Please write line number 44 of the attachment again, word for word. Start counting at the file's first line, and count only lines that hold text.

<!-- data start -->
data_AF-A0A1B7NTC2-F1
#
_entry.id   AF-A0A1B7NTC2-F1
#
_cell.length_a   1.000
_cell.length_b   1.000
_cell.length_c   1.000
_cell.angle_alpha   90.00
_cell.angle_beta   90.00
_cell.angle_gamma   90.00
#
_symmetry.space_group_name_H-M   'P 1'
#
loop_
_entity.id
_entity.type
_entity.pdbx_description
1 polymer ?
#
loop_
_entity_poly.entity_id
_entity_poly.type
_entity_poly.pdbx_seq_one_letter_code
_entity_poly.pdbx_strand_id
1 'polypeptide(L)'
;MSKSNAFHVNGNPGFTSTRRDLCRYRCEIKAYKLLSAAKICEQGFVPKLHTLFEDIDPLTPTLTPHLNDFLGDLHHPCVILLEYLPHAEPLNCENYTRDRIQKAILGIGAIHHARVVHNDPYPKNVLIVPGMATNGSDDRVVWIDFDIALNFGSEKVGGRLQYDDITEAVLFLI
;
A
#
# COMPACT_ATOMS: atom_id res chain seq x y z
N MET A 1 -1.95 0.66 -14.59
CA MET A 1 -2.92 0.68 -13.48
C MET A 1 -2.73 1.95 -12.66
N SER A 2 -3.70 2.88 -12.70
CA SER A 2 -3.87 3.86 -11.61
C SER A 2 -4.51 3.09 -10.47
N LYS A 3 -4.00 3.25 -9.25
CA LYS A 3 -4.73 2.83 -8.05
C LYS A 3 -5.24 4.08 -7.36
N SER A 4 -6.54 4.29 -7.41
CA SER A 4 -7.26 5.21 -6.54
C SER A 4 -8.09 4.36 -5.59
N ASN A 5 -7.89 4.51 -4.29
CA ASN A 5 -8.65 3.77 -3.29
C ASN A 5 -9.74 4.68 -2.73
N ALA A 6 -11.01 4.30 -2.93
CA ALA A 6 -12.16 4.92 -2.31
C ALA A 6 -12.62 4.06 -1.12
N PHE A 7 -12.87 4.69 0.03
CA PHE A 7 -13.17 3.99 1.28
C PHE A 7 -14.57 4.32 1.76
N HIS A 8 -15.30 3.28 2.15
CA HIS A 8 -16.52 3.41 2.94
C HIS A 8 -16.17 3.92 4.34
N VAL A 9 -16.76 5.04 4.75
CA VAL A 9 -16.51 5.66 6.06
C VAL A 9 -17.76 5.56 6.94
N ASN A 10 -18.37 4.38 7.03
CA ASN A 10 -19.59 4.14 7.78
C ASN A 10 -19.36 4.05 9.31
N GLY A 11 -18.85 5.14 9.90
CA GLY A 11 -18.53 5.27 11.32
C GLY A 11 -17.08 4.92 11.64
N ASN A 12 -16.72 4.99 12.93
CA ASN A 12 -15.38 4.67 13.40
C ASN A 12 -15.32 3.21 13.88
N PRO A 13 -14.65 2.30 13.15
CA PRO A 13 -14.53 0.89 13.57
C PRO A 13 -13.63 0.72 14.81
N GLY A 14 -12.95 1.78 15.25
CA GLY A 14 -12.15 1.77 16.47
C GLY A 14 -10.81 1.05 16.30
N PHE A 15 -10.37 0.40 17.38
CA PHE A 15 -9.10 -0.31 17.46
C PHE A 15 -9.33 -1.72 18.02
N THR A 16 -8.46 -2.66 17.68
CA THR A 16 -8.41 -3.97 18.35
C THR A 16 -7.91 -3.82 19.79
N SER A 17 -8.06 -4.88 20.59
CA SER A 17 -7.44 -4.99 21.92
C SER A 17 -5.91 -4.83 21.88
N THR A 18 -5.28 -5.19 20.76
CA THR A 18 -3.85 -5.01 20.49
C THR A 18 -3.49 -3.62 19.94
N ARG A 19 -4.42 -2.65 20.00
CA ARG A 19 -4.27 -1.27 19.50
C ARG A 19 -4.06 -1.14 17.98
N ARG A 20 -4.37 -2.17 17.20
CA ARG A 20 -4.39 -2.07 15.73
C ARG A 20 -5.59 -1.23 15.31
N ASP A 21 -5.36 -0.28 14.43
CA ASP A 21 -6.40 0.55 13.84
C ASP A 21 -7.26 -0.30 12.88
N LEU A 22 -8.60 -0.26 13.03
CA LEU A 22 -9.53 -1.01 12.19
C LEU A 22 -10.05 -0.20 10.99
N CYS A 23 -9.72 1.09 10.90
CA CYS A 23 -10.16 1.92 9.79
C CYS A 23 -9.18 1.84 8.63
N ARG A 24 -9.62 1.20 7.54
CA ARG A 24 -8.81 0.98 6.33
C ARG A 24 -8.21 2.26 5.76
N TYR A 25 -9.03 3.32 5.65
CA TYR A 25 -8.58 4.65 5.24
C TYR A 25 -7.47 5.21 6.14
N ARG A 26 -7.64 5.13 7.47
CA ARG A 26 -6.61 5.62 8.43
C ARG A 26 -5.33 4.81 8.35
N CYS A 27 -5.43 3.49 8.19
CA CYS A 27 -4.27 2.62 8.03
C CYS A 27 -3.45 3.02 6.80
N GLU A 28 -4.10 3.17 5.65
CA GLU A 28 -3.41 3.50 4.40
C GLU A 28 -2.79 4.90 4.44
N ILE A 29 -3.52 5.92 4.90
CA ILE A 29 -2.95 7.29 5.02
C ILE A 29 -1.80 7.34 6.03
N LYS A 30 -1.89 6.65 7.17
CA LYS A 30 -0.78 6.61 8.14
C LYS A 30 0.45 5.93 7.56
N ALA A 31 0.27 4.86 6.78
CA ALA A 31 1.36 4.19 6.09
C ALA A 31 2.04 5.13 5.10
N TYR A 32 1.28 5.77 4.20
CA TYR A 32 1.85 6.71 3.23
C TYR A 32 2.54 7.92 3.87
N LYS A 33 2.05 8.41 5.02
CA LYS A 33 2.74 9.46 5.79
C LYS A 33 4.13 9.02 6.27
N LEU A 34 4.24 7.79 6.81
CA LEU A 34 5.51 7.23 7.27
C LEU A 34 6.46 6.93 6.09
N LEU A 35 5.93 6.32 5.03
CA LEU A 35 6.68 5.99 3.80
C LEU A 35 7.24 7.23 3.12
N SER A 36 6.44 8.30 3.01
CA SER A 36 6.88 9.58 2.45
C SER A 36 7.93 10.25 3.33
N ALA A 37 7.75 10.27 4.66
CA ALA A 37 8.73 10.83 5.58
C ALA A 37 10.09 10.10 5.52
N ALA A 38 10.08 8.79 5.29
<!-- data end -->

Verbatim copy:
CA ASN A 5 -8.65 3.77 -3.29